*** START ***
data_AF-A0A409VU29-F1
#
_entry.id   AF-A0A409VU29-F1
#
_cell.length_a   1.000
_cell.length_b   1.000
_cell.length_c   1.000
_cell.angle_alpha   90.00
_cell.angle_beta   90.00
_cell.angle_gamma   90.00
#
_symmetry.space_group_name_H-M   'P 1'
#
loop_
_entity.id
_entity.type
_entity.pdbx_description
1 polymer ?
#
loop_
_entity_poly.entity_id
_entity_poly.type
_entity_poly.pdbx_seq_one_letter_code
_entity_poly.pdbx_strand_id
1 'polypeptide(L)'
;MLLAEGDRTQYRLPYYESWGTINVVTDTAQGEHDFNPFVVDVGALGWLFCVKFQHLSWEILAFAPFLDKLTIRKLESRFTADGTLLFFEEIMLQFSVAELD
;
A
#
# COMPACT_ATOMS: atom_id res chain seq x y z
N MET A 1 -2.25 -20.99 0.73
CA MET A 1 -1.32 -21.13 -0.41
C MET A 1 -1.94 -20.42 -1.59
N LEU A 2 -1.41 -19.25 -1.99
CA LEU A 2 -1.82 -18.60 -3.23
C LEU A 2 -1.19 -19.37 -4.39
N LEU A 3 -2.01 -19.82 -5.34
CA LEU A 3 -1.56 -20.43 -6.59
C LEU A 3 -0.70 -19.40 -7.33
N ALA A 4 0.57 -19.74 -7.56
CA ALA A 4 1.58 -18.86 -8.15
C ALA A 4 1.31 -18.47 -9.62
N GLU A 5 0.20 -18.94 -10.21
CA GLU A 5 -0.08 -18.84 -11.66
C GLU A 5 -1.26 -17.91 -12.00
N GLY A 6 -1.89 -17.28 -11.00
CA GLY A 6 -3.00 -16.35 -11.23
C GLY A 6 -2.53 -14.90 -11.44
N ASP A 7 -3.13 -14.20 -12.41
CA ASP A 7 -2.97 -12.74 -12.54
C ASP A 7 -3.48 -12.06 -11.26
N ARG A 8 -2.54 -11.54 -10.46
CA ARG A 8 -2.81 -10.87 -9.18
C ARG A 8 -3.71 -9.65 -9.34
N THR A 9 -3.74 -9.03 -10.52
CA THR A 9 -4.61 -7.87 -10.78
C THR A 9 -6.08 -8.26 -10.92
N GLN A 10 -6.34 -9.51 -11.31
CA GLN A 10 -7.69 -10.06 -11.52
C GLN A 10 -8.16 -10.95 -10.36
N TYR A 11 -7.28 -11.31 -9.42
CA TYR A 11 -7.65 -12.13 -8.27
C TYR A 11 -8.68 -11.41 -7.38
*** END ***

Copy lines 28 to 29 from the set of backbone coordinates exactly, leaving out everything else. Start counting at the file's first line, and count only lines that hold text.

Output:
A
#